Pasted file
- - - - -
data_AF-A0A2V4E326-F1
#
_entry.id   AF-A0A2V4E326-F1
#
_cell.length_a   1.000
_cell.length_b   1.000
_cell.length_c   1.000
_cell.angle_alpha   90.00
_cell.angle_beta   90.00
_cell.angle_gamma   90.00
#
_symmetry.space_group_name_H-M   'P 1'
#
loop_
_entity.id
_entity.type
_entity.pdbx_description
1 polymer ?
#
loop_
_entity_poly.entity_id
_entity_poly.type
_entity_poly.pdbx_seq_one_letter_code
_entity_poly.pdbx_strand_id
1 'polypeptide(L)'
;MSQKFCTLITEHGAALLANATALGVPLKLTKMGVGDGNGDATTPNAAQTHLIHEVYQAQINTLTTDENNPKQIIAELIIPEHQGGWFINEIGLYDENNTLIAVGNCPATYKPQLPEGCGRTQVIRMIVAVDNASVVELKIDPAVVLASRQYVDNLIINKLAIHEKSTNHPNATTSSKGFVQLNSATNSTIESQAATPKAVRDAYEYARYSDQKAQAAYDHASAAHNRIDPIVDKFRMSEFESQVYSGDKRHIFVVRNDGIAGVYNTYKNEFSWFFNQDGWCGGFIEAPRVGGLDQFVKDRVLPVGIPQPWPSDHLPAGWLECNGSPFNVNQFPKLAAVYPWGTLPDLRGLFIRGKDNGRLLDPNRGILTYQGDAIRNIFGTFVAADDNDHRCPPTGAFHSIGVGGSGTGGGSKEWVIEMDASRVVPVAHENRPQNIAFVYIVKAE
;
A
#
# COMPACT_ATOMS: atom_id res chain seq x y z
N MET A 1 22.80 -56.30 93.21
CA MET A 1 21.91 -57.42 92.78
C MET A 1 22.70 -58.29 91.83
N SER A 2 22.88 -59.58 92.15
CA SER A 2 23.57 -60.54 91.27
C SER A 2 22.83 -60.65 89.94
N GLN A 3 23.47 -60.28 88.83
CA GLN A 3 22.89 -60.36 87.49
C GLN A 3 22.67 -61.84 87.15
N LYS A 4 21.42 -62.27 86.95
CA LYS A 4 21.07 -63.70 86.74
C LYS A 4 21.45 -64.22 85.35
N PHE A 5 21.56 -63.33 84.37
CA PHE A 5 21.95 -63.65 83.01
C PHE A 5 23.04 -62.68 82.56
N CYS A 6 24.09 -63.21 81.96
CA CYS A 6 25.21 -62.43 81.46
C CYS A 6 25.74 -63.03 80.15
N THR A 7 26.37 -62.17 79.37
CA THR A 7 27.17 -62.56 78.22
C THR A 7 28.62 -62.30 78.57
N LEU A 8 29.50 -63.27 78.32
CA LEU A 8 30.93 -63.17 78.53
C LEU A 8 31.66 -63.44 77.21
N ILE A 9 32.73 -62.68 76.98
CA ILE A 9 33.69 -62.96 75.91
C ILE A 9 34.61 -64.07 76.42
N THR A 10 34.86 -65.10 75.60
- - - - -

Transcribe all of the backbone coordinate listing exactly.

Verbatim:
data_AF-A0A2V4E326-F1
#
_entry.id   AF-A0A2V4E326-F1
#
_cell.length_a   1.000
_cell.length_b   1.000
_cell.length_c   1.000
_cell.angle_alpha   90.00
_cell.angle_beta   90.00
_cell.angle_gamma   90.00
#
_symmetry.space_group_name_H-M   'P 1'
#
loop_
_entity.id
_entity.type
_entity.pdbx_description
1 polymer ?
#
loop_
_entity_poly.entity_id
_entity_poly.type
_entity_poly.pdbx_seq_one_letter_code
_entity_poly.pdbx_strand_id
1 'polypeptide(L)'
;MSQKFCTLITEHGAALLANATALGVPLKLTKMGVGDGNGDATTPNAAQTHLIHEVYQAQINTLTTDENNPKQIIAELIIPEHQGGWFINEIGLYDENNTLIAVGNCPATYKPQLPEGCGRTQVIRMIVAVDNASVVELKIDPAVVLASRQYVDNLIINKLAIHEKSTNHPNATTSSKGFVQLNSATNSTIESQAATPKAVRDAYEYARYSDQKAQAAYDHASAAHNRIDPIVDKFRMSEFESQVYSGDKRHIFVVRNDGIAGVYNTYKNEFSWFFNQDGWCGGFIEAPRVGGLDQFVKDRVLPVGIPQPWPSDHLPAGWLECNGSPFNVNQFPKLAAVYPWGTLPDLRGLFIRGKDNGRLLDPNRGILTYQGDAIRNIFGTFVAADDNDHRCPPTGAFHSIGVGGSGTGGGSKEWVIEMDASRVVPVAHENRPQNIAFVYIVKAE
;
A
#
# COMPACT_ATOMS: atom_id res chain seq x y z
N MET A 1 22.80 -56.30 93.21
CA MET A 1 21.91 -57.42 92.78
C MET A 1 22.70 -58.29 91.83
N SER A 2 22.88 -59.58 92.15
CA SER A 2 23.57 -60.54 91.27
C SER A 2 22.83 -60.65 89.94
N GLN A 3 23.47 -60.28 88.83
CA GLN A 3 22.89 -60.36 87.49
C GLN A 3 22.67 -61.84 87.15
N LYS A 4 21.42 -62.27 86.95
CA LYS A 4 21.07 -63.70 86.74
C LYS A 4 21.45 -64.22 85.35
N PHE A 5 21.56 -63.33 84.37
CA PHE A 5 21.95 -63.65 83.01
C PHE A 5 23.04 -62.68 82.56
N CYS A 6 24.09 -63.21 81.96
CA CYS A 6 25.21 -62.43 81.46
C CYS A 6 25.74 -63.03 80.15
N THR A 7 26.37 -62.17 79.37
CA THR A 7 27.17 -62.56 78.22
C THR A 7 28.62 -62.30 78.57
N LEU A 8 29.50 -63.27 78.32
CA LEU A 8 30.93 -63.17 78.53
C LEU A 8 31.66 -63.44 77.21
N ILE A 9 32.73 -62.68 76.98
CA ILE A 9 33.69 -62.96 75.91
C ILE A 9 34.61 -64.07 76.42
N THR A 10 34.86 -65.10 75.60